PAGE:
The Reivers Tough-o-Meter
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(3) Base Camp
You may already know how tricky Faulkner can be, both linguistically and thematically. But you'll be relieved to find out that The Reivers is the simplest of all the author's works. It's actually very straightforward.
We totally heard that huge sigh of relief.
It's always clear who's speaking, as Faulkner uses character names rather than those tricky pronouns he usually uses that leave us piecing together who exactly says what. He sticks with one narrator the whole time and doesn't switch halfway through. He also provides adequate clues to allow us to read between the lines and string together the sequence of events.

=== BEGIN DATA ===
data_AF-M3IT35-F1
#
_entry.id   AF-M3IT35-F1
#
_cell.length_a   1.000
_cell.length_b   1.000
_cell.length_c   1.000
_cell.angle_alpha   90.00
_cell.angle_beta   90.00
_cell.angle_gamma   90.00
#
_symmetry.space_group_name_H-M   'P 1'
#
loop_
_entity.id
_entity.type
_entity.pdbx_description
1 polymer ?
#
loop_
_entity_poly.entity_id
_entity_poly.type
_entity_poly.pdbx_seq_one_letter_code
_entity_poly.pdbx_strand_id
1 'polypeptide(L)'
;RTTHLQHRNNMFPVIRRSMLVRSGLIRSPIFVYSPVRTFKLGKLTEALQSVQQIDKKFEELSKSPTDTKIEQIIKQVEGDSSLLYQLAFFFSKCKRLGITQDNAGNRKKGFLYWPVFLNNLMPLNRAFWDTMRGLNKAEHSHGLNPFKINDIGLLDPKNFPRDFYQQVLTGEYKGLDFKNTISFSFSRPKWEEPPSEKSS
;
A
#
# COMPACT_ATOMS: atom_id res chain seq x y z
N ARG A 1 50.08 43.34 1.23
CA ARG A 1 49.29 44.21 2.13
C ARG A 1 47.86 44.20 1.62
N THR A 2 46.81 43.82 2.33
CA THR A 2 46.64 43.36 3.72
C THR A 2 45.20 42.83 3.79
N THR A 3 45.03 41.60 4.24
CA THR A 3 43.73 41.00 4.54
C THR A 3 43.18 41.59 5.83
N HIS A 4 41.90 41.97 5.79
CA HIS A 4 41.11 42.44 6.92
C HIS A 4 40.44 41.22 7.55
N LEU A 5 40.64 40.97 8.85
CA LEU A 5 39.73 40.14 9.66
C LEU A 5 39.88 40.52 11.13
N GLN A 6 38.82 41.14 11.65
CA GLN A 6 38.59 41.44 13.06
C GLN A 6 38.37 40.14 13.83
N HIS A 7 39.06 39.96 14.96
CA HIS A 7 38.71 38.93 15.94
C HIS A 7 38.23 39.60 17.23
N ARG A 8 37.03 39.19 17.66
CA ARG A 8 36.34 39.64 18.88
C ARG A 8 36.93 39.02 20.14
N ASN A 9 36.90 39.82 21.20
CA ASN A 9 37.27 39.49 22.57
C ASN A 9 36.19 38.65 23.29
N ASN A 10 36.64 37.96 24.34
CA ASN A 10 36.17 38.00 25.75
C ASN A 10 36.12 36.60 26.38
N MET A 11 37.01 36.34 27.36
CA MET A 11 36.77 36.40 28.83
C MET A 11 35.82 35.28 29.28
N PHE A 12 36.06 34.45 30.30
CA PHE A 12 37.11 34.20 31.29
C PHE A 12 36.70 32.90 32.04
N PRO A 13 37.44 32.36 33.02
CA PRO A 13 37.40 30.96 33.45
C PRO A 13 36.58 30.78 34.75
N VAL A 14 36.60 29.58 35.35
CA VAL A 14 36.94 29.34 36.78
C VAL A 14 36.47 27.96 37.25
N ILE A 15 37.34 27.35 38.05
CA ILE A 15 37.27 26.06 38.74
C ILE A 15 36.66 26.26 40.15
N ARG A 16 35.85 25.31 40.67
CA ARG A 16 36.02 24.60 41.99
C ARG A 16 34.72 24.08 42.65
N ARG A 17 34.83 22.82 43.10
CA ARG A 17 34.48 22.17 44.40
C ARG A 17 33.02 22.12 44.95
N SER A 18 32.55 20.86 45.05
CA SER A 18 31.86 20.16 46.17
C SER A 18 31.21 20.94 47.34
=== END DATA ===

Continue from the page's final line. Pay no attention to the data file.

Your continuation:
Faulkner's language is easy to tackle here, as it offers an adult critique of human nature through the lens of a child. It illustrates the greed, corruption, and racism that abounds in Lucius's world, but it does so with a layer of comedic relief. We're left to discover a bit about the world as Lucius would have seen it for the first time, way back when.
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